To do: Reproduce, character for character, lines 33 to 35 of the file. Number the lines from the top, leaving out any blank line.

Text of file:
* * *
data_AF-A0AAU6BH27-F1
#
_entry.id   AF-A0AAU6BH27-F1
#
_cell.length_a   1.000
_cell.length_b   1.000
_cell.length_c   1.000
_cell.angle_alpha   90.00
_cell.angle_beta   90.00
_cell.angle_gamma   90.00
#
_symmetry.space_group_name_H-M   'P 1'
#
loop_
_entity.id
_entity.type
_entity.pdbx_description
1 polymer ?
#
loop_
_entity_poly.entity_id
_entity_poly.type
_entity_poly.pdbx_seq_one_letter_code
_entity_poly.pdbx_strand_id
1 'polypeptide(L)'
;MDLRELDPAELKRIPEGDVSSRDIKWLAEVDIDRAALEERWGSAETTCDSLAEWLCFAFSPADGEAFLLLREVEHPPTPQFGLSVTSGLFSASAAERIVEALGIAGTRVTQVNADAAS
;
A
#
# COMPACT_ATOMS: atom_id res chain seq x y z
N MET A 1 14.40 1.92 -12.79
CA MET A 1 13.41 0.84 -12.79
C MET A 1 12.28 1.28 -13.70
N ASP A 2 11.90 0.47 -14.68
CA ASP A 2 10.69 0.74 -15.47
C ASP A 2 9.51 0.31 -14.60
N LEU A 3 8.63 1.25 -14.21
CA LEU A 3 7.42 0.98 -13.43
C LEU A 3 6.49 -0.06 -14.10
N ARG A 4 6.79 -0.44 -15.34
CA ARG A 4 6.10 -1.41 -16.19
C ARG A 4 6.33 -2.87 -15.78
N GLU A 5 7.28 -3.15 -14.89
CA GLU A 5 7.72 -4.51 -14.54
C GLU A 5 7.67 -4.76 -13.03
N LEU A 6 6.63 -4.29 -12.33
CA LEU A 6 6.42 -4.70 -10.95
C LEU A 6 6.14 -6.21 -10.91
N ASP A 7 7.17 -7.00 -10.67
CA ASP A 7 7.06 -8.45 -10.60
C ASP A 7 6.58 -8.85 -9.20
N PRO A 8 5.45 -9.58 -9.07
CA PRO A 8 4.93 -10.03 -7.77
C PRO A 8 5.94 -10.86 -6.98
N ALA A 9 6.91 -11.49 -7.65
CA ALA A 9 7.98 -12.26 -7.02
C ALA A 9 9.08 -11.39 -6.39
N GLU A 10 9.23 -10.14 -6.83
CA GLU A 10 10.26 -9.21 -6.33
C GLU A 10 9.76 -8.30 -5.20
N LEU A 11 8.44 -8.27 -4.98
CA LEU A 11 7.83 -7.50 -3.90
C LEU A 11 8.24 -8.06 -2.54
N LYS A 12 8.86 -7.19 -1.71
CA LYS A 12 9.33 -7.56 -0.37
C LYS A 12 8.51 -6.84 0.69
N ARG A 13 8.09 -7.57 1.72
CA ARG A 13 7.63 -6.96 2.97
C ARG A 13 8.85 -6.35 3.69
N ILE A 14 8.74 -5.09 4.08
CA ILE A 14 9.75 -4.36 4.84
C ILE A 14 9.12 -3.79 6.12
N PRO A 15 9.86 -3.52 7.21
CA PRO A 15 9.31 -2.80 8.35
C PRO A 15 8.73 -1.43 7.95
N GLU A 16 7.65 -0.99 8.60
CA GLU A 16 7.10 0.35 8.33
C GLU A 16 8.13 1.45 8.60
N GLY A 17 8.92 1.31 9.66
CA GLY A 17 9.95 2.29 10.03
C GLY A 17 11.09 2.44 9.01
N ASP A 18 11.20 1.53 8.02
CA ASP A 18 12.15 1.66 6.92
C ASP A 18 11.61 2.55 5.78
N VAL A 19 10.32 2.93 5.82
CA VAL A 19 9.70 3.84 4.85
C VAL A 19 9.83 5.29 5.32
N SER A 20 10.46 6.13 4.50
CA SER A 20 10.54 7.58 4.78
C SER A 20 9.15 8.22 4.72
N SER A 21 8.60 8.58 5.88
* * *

C MET A 1 12.28 1.28 -13.70
N ASP A 2 11.90 0.47 -14.68
CA ASP A 2 10.69 0.74 -15.47